Summer movies are nearing their end for the year and now it’s time for the thrillers/suspense and horror films to be released. With ghosts and Paranormal Activity taking the front page these past years, I thought it would be fun to visit one film that just by the plot sounds like a film that you’d catch on late night cable or perhaps a one-night rental, The Descent. It’s been ten years since this British film arrived in the United States and it sure delivered some terrifying sequences. Writer-director Neil Marshall crafted a brilliant horror film by casting all females which for some reason makes the film all the more better, I’m not sure why but it really does.
The plot is simple and gets to the point rather quickly. A young woman is severely depressed after her family is killed in a car accident and one year later the women reunite to get away from everything to go caving. It should be a relaxing time with some fond memories and maybe even a couple of laughs, right? Well, not so. Juno played by the beautiful Natalie Mendoza decides to take her friends to a cave that has yet to be explored. Only thing, once the women enter the cave, a part of a tunnel collapses trapping them all. Nothing to worry about, a little darkness can’t hurt anybody, right? Well, that depends on who is in the dark. In a terrifying sequence a camera switches to night-vision to see what’s around the group. In one shot that lasts for just a split second, something appears behind one of the women. It’s shocking and I was literally grabbing my chest.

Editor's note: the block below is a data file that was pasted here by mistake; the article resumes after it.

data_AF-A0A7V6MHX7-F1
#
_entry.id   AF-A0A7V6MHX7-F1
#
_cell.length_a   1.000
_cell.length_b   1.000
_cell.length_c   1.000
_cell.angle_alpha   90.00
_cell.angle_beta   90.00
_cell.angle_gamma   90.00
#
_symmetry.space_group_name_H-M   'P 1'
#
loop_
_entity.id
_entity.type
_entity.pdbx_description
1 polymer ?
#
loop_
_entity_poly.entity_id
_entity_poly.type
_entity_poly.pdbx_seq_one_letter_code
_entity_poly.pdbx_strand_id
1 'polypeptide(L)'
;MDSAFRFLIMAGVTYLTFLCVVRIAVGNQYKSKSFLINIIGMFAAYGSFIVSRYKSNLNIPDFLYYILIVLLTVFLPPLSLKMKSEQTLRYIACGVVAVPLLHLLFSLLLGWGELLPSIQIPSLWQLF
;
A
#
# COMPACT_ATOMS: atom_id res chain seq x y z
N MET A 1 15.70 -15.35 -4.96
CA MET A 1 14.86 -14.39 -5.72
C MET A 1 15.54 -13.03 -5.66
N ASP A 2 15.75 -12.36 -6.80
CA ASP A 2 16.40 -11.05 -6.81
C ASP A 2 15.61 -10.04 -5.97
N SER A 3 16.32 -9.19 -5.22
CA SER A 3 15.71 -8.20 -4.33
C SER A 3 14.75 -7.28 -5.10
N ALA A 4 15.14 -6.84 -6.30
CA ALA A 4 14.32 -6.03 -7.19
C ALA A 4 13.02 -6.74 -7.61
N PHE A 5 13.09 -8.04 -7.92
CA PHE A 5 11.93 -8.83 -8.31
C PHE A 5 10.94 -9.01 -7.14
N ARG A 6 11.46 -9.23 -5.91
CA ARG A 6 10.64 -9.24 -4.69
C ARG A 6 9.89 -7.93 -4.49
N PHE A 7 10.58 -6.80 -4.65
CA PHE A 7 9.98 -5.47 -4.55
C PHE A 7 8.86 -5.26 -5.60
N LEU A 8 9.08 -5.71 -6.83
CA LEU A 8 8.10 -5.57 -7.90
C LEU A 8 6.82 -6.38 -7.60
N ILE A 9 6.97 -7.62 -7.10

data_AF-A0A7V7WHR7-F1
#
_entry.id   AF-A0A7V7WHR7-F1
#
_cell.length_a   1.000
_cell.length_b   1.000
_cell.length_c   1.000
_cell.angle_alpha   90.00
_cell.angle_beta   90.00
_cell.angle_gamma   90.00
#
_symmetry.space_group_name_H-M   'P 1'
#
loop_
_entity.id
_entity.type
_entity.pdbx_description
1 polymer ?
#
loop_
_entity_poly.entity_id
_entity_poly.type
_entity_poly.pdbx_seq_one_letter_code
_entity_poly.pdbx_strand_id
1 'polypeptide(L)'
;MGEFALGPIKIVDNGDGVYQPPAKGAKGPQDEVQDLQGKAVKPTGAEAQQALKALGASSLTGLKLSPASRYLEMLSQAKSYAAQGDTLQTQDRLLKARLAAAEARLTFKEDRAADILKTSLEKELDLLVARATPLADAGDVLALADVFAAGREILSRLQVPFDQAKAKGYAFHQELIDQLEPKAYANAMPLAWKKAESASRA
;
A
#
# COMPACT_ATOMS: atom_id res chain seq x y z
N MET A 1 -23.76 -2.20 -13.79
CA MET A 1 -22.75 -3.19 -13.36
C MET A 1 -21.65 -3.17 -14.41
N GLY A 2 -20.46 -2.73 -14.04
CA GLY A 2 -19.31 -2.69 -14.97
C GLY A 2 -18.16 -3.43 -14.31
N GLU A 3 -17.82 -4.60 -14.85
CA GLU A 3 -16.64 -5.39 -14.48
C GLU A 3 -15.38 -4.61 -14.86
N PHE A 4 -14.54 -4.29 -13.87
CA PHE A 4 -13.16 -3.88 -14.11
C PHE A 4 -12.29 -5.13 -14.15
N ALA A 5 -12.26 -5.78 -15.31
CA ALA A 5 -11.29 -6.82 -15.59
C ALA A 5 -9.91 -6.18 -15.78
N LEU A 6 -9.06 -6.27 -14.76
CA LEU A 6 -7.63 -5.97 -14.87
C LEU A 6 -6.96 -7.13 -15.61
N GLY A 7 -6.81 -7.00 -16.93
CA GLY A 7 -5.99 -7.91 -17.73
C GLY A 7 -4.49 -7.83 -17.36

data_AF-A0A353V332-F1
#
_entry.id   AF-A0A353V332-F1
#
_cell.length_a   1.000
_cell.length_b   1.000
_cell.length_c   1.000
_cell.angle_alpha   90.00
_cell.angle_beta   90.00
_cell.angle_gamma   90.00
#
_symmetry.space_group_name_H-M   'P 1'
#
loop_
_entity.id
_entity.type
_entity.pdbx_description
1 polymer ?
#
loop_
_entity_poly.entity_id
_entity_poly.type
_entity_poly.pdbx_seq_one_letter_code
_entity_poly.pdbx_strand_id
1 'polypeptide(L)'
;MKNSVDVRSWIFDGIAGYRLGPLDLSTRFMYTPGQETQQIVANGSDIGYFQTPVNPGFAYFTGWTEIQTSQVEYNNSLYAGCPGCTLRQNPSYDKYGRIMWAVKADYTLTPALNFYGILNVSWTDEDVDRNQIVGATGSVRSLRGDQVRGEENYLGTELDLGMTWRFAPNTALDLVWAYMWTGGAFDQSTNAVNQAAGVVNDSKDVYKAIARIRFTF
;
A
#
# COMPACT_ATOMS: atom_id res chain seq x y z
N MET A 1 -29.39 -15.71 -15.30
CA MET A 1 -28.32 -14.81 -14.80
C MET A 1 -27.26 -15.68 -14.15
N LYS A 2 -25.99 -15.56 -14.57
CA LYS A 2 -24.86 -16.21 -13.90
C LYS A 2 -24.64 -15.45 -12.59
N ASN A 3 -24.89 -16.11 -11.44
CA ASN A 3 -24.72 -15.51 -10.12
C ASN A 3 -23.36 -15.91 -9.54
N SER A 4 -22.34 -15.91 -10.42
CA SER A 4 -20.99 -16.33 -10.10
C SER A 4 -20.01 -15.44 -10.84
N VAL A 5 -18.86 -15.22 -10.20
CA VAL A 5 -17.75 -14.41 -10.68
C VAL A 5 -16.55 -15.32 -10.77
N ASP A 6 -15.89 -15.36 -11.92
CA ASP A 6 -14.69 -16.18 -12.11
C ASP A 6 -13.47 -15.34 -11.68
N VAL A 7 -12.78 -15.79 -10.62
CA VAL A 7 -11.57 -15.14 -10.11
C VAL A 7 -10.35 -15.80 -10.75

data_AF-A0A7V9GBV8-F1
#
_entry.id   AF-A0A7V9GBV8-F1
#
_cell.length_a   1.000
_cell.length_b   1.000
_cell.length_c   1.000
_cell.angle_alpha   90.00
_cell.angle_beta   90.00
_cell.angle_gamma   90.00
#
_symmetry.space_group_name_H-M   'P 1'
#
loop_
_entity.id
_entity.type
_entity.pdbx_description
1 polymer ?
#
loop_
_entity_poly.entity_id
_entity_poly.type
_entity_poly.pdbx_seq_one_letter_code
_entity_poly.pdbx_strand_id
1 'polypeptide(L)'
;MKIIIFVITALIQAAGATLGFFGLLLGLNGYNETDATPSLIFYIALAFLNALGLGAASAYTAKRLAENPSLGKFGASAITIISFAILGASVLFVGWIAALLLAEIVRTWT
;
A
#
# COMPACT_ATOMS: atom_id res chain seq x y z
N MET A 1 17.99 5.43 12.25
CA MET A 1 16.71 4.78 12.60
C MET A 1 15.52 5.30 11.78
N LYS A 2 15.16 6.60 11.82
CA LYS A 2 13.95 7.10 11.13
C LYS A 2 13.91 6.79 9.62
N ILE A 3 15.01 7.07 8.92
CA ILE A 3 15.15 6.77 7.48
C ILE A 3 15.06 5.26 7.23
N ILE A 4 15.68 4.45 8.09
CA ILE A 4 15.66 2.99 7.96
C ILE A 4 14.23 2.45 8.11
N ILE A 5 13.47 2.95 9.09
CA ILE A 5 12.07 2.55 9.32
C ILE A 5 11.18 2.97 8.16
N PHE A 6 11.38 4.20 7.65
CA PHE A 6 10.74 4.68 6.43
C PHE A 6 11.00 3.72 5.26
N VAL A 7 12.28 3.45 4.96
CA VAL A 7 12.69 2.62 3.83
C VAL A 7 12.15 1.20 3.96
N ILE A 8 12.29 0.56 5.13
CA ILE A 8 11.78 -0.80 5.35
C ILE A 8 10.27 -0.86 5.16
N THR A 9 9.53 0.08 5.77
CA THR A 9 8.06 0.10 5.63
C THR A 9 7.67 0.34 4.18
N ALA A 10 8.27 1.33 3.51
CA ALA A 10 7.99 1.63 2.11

To put it simply, creatures that look human are living in the cave and the women are seen as a threat, or perhaps a tasty treat, no pun intended. A battle of wits and survival ensue offering us powerful performances from the cast and solid direction from Marshall, whose previous film Dog Soldiers was equally terrifying and funny. What makes The Descent work so well is really the atmosphere and the cast. For instance, this film really hit home with me because I’ve been caving twice when I was younger and have experienced people in my group getting stuck in tight places. Needless to say, those particular people were terrified and even tried to attack someone when offered assistance. It was scary and very unnerving.
The Descent brought back those memories and while I didn’t see any creatures during my adventure; the very idea that you are not alone is terrifying enough. Put that same scenario in a cave with the only exit blocked, and well basically, you’re screwed. With these new horror/thriller films being released over the years I feel that while ghosts and apparitions can be scary, nothing hits harder than seeing an actual being coming after you; whether it being a masked killer, some kind of animal, or a creature from the unknown, those particular monsters always give me the chills.
I read once that you can burn up to two-hundred calories by watching a horror film. With The Descent, not only did my heart race but my hands are sweating and by the time I left the theater I felt as if I needed a shower. That’s what a scary movie is supposed to do we need to be scared. We need to be unable to sleep at night wondering if something will get us from under the bed, or come creeping out of the closet.
If you like scary, find a copy of The Descent. Not only will it scare you, but it will leave you feeling as if you’re not watching another stupid monster film. The film is smart, the suspense is white-knuckle, and boy are those monsters the last thing you want to see if you ever decide to step foot into a cave. The Descent makes caves scary for me the same ways Jaws make me cautious about stepping foot into the ocean. Be warned.